NEW ORLEANS. The Monday special at Tulane University's Medical Center is red beans and rice. If you don't like it, you can always order a ham and cheese po'boy sandwich or a Reuben.

Other local dishes dot this unusual menu: sausage jambalaya, redfish courtbouillon and stuffed crab. It wouldn't be unusual if it were presented to customers at a local restuarant, but those offerings and dozens more are part of the extensive food choices available to the 300 patients at Tulane.

Hospitals noted for their food are few and far between. Most patients find little cheer when they were forced to subsist on hospital food. It may be nutritionally correct but it is also bland, boring, colorless and served lukewarm on plastic dishes.

Just because the choices sound terrific at Tulane, doesn't mean they taste that way. But some former patients seem to think the hospital puts out a pretty good meal. They occasionally write and ask for recipes and one actually sent a thank you note after she was released: "The food was so good and attractive that I think I gained at least 20 pounds even though ill."

The man responsible for that kind of fan mail doesn't have the usual credentials fora food service director of a hospital. Wayne Sciacca began "out front" as a waiter at Brennan's Restuarant, reknowned for its breakfasts and fancy cocktails. Eventually, he worked his way into the kitchen so he knows both sides of the house."All my training is from Brennan's. We've developed a lot of recipes here ourselves. I've relied a lot on my experiences from the restaurant."

A few of the simpler things he learned include the importance of talking to each person they serve daily to see what their needs are. "It is a big advantage to have our own people deliver the trays instead of the nursing staff."

Sciacca said they make a special effort to "deliver hot foods hot and cold foods cold which makes for general acceptability among the patients." The food is prepared in groups instead of all at once so that the last patient served doesn't get a meal already an hour old while the first person gets one fresh from the oven. The hot food is put on heated china and covered with a special domed lid to keep it hot.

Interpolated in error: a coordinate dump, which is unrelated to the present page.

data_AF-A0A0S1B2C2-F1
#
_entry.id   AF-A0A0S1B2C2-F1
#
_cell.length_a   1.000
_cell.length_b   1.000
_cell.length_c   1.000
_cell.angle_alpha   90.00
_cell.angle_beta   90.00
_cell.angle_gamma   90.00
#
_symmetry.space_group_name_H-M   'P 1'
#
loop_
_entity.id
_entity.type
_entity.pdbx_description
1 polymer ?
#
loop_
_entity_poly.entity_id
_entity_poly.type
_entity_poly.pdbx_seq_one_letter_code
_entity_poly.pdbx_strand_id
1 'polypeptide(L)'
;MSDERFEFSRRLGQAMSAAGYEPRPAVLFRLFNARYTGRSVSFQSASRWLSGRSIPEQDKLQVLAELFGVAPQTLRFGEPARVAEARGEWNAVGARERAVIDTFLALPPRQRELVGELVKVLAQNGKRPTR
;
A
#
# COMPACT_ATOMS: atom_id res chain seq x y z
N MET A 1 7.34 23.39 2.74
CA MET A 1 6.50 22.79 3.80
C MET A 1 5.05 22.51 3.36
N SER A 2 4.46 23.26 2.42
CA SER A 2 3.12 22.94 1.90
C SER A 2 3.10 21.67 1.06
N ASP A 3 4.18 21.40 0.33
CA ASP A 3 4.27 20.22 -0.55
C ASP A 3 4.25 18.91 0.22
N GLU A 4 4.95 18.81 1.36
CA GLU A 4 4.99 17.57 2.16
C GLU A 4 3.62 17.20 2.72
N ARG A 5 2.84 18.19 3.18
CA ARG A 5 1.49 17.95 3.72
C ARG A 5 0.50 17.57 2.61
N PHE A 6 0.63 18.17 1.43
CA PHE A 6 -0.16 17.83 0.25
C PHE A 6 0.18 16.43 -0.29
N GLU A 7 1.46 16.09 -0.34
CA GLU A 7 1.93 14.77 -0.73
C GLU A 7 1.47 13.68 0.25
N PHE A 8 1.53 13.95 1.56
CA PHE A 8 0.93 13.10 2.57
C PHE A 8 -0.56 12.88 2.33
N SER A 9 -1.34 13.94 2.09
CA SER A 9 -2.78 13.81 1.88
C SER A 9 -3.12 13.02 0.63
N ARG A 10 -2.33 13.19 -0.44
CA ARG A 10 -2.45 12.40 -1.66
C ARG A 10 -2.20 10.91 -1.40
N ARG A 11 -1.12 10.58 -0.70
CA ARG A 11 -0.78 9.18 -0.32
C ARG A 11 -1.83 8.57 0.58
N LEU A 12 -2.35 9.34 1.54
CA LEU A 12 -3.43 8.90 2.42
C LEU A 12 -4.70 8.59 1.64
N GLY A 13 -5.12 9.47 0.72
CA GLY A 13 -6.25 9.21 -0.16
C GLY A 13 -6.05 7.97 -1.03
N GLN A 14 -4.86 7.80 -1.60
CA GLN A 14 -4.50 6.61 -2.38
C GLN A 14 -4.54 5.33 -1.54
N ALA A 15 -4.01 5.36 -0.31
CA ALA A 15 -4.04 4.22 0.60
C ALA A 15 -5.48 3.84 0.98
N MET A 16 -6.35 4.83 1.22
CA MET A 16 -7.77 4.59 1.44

To make certain that what arrives in the patient's room bears some resemblance to what the recipes called for, Sciacca and his head dietitian often fill out a meal order for a vacant room. They they go back at meal time to see what is delivered.

"You know, there are only two things you can control when you are in the hospital: your food and your TV. So it's very important that you can make a choice," Sciacca said.

Even those on restricted diets are given choices instead of being told: "Sorry you're on a special diet and you can't have . . ." As a result there are four sets of complete menus: regular, calorie controlled, bland and soft, and salt: and fat-reduced. Each 10-page menu that is printed on good quality, multi-colored paper is for the entire week. There are multiple choices for breakfast ranging from an extensive list of juices and fruits and assorted cereals to entrees that include eggs in several different fashions, French toast, cottage cheese or a veal pattie.

For lunch and dinner there are two entrees each day with vegetable. There are sandwiches and main dish salad plates as alternatives.In addition there are nine different appetizers from which to choose, a number of salads and dressings plus 16 different desserts. If none of the above appeals, the staff will take the time, for a fee, to go out and fulfill a specific patient request.